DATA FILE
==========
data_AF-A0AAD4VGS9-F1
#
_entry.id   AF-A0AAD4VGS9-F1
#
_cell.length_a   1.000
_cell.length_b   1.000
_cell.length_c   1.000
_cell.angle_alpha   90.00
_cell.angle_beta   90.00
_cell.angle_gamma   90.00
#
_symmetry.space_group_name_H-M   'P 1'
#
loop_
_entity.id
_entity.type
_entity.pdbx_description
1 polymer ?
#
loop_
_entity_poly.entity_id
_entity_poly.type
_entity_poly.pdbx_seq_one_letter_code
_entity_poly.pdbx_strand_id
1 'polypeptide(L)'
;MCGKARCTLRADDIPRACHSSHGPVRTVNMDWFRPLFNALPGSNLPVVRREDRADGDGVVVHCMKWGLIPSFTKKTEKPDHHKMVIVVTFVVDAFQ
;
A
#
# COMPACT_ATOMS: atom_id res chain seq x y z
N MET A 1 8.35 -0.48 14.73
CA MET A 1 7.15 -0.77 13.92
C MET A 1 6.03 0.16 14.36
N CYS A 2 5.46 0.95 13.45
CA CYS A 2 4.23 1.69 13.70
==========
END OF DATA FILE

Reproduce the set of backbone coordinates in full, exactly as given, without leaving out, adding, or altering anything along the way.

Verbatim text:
data_AF-A0AAD4VGS9-F1
#
_entry.id   AF-A0AAD4VGS9-F1
#
_cell.length_a   1.000
_cell.length_b   1.000
_cell.length_c   1.000
_cell.angle_alpha   90.00
_cell.angle_beta   90.00
_cell.angle_gamma   90.00
#
_symmetry.space_group_name_H-M   'P 1'
#
loop_
_entity.id
_entity.type
_entity.pdbx_description
1 polymer ?
#
loop_
_entity_poly.entity_id
_entity_poly.type
_entity_poly.pdbx_seq_one_letter_code
_entity_poly.pdbx_strand_id
1 'polypeptide(L)'
;MCGKARCTLRADDIPRACHSSHGPVRTVNMDWFRPLFNALPGSNLPVVRREDRADGDGVVVHCMKWGLIPSFTKKTEKPDHHKMVIVVTFVVDAFQ
;
A
#
# COMPACT_ATOMS: atom_id res chain seq x y z
N MET A 1 8.35 -0.48 14.73
CA MET A 1 7.15 -0.77 13.92
C MET A 1 6.03 0.16 14.36
N CYS A 2 5.46 0.95 13.45
CA CYS A 2 4.23 1.69 13.70